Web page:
Object Tracked on Multiple Radars
Date: January - 1958
Location: Fairbanks, AK
I was a US Air Force GCA radar air traffic controller working a midnite shift with 2 other people. This was in Jan/Feb 1958 at Eilson AFB, 20 miles south of Fairbanks Alaska. Our principal duties at this base was to host several types of recon aircraft including U-2ís, RB 66ís, RB 36ís and a group of SAC B 47ís. About 2:00 a.m.-3:00 a.m. I observed a target on our search radar (MPN-11) which was able to fly over 5,000 mph and make turns instantly of over 90į!
I called my team mates and we all observedthe target. We contacted other radar sites including the GCA site @ Ladd AFB in Fairbanks, a Dewline radar station about 50 miles north and even an Army radar directed Anti aircraft gun site on our base. All confirmed the sightings including the radar guns which tracked the target. Air Force practice is that the first contact (us0 becomes the primary and all other sites coordinate through us. Our search radar antenna could be both raised and lowered and gave us a max range of about 20-30 miles and 50,000'-55,000'. This feature enabled us to more accurately tell height and distance from our sight. The target continued to stay in the area and we continued to follow it within the limitations of our equipment.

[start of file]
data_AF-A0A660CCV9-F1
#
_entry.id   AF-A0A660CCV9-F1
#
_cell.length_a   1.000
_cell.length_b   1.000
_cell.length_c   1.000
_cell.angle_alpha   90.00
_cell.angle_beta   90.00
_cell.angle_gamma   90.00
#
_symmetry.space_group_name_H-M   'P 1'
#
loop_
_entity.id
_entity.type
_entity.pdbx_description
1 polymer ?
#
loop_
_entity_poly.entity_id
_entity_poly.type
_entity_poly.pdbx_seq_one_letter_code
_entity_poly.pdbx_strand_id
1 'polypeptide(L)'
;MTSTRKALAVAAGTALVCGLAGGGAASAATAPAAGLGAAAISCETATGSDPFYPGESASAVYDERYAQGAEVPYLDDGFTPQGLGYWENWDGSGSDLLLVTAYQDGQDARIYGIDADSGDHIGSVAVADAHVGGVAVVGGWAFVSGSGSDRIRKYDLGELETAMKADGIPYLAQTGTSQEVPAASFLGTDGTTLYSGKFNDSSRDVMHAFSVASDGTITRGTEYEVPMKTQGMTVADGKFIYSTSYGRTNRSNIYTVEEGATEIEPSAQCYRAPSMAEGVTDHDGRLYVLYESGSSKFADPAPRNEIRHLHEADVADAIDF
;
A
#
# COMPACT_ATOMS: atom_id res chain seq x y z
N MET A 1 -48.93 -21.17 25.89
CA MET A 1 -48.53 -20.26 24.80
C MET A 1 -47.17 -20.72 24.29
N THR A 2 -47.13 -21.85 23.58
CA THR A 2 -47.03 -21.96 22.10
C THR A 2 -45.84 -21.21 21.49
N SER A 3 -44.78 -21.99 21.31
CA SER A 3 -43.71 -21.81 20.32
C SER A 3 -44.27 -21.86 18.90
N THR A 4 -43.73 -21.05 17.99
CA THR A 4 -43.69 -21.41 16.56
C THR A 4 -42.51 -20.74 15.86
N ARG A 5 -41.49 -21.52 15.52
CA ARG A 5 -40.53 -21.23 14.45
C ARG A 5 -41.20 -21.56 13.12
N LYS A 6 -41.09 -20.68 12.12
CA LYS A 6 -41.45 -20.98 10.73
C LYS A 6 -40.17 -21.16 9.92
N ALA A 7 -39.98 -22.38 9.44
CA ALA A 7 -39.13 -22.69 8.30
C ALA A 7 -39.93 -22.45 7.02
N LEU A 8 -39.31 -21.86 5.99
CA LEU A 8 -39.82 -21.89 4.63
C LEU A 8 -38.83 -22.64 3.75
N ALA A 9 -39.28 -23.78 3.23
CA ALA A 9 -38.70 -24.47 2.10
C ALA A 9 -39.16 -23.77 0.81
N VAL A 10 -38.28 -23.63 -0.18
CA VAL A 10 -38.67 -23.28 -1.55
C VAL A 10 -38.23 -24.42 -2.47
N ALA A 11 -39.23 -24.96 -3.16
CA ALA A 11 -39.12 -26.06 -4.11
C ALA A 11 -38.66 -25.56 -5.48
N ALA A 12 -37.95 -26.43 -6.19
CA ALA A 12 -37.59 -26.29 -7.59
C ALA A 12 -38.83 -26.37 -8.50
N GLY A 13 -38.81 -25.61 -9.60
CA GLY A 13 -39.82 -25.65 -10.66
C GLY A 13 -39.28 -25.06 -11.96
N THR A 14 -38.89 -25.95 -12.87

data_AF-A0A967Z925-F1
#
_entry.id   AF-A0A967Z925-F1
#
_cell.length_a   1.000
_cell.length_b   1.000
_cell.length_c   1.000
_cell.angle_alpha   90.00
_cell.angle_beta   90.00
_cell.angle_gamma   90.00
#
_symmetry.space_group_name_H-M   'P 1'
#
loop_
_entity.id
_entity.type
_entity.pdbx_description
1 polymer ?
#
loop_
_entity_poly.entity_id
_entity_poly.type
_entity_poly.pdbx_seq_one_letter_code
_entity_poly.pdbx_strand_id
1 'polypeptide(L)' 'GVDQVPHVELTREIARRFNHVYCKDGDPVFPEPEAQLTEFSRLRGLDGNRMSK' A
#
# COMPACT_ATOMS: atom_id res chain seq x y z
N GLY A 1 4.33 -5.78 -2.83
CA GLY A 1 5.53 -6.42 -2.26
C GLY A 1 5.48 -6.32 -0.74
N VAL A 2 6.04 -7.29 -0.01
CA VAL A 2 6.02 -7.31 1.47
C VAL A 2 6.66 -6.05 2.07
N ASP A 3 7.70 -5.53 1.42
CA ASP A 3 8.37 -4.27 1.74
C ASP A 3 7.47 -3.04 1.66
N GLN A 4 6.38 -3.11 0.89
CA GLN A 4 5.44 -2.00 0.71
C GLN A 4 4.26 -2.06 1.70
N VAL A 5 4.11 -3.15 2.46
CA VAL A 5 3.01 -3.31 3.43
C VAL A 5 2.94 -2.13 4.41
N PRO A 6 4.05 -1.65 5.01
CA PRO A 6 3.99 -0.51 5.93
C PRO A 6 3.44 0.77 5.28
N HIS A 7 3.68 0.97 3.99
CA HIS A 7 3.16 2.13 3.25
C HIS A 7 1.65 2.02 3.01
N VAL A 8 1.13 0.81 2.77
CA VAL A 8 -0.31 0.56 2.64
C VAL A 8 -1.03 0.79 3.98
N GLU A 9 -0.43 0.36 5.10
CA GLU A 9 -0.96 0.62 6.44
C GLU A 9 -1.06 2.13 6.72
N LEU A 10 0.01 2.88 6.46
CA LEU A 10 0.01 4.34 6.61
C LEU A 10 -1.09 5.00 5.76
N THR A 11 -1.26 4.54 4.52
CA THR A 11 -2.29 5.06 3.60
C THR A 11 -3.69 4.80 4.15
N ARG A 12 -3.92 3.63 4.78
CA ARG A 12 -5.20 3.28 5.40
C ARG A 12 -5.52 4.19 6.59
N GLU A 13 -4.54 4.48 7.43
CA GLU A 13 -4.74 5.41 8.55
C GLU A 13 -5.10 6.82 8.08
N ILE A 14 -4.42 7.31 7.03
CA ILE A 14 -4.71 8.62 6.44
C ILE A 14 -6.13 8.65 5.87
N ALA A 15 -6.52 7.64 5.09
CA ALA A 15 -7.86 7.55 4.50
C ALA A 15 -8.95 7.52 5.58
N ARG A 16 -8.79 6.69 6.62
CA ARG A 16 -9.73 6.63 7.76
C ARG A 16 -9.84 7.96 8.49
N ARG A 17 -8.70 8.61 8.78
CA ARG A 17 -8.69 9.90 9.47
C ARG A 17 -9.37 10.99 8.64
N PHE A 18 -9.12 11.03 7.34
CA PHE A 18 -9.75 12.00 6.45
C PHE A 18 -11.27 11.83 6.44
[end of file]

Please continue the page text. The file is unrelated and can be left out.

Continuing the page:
As the primary contact, we received reports from the others who would confirm the extreme speed and turns of the target when it was out of our range. We continued to track the target and observe its speed and turning until about 6:00 a.m.-8:00 a.m. when both a helicopter and a T33 from Ladd AFB (now Fairbanks Intíl) where dispatched to visually inspect since the target seemed to be hovering over Ladd AFB. We couldnít believe our ears when they reported that all they observed was an ice cloud,(temperature inversion) over the Ladd AFB power station!
At that time, we had observed nothing for an hour or so. We were required to write up all the details on our shift log before we signed off our shift. Because of the extremely secret operations conducted at Eilson AFB during that period, we were told to shut up and not discuss any further. Since I was a 20 year old kid directing spy planes during the Cold War, I didnít argue. We were never interviewed again about the incident.